A few years ago, my friend David Green introduced me to the work of Australian Michael Leunig whose cartoons and writings show a unique blend of humour, wisdom and compassion. This particular image was quite widely circulated on the internet during the recent London Olympic Games and I think it speaks wonderfully to those of us in the second half of life: our days of heroic quests may be over but we are still on a journey – albeit one with very different qualities from our youthful adventures.
Recently, I’ve been thinking about how these differences are reflected in different types of traditional story. Joseph Campbell (The Hero With a Thousand Faces) would have us believe that the hero’s journey is a monomyth: a universal archetypal pattern for individuation but I have found the work of Allan Chinen (Beyond the Hero, Once Upon a Midlife) to be a richer and more satisfying exploration of our developmental path in the second half of life.
Whereas the hero’s (or heroine’s) youthful quest begins with a call to adventure (e.g. finding the Firebird’s golden feather) and ends with “happily ever after”, the post-heroic quest begins with a fall from grace (e.g. losing the beloved wife or husband) and ends with a sense of “coming home” or finding one’s true self.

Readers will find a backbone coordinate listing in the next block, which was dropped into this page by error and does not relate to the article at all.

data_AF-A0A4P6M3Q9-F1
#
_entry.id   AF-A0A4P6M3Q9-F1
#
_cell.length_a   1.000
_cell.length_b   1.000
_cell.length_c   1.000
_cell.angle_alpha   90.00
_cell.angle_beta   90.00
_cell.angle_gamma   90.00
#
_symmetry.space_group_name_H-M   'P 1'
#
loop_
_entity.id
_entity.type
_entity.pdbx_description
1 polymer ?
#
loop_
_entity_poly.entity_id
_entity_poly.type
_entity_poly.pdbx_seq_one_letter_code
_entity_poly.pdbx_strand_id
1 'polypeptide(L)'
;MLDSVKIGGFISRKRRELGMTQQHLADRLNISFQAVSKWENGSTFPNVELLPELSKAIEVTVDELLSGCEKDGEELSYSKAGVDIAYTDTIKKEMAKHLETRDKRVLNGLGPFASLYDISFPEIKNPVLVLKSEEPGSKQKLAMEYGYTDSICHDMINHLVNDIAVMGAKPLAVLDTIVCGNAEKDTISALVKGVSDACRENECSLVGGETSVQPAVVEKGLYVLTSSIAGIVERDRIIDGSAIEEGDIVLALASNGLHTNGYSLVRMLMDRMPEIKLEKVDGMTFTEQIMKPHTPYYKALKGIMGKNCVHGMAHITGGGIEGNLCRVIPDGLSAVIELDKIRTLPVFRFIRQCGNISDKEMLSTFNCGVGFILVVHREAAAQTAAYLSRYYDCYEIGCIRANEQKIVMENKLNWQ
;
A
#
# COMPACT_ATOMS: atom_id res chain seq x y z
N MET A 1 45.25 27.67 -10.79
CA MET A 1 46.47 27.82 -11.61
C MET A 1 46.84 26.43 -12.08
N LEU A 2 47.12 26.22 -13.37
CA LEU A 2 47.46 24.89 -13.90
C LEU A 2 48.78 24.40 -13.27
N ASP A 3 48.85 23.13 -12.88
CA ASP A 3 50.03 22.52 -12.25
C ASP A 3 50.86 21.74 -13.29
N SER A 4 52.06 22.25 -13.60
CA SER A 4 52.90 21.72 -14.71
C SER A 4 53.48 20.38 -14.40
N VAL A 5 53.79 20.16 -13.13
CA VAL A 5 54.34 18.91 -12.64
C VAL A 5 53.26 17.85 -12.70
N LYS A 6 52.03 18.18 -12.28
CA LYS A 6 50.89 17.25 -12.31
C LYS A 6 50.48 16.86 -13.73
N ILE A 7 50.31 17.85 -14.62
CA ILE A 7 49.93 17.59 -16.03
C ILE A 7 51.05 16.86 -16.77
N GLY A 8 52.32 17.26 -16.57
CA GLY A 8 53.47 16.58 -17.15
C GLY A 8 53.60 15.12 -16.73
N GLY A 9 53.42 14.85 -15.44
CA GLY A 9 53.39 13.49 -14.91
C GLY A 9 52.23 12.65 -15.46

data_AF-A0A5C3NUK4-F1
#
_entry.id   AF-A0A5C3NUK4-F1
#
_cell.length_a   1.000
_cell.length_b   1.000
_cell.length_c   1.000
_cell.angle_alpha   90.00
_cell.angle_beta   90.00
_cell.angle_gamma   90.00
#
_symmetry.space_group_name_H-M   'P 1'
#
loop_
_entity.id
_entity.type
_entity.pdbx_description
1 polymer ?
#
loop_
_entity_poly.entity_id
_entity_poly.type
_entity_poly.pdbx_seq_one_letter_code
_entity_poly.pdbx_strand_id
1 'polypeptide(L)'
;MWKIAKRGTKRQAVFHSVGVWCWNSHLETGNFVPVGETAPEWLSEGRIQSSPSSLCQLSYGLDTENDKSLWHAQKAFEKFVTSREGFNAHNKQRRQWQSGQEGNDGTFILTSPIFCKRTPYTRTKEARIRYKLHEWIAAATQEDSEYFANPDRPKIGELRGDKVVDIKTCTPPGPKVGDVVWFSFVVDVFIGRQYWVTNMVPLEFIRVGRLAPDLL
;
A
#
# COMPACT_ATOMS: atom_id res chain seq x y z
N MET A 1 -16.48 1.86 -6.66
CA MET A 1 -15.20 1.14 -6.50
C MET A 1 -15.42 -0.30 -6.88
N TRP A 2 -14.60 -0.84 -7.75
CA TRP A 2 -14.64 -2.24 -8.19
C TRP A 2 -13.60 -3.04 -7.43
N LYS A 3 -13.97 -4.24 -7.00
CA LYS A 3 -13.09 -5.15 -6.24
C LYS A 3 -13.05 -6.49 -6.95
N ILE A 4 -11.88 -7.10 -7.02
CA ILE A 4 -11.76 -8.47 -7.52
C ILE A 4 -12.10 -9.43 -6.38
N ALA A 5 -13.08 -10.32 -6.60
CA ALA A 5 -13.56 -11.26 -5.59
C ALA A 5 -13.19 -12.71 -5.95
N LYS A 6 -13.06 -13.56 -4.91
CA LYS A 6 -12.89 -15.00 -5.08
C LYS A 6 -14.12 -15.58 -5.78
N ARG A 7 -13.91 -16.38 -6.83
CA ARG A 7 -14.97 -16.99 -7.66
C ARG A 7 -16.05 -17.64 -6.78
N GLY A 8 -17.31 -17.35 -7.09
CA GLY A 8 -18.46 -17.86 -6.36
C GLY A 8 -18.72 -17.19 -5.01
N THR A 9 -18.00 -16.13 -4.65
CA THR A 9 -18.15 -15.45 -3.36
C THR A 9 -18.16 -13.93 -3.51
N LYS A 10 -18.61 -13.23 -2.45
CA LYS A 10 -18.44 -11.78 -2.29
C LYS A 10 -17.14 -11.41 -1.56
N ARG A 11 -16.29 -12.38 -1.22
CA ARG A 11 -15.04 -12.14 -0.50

The hero (or heroine) overcomes all obstacles by a mixture of courage, magic and luck; the post-heroic figure wins through by a combination of constancy, purpose and fortitude. The object of the heroic quest is known although “impossible” to obtain (e.g. the stag with the golden antlers); the object of the post-heroic quest is much more difficult to locate – often only to be found at the world’s end – and frequently unknown (as in the appropriately named Russian story: Go I Know Not Whither, Bring Back I Know Not What).
The ancient story of Cupid and Psyche as told by Lucius Apuleius circa 160 C.E. is a well-known version of this story-form as is Homer’s Odyssey (in contrast to the heroic tone of the Illiad). The Norwegian wonder tale The Three Princesses of Whiteland (which I tell and write about in my book under the title of The Furthest Shore) is a particular favourite of mine.
The protagonists of these post-heroic tales are mature men and women, often depicted as kings and queens rather than princes and princesses. They travel to the ends of the world to regain what they have lost and they endure by holding true to what is most precious to them.
The culmination of their long journeys is to become their true selves so that they can live well and wisely for the rest of their days. Although they are not there yet, they are well on their way towards eldership.
Slower. Deeper. Wiser.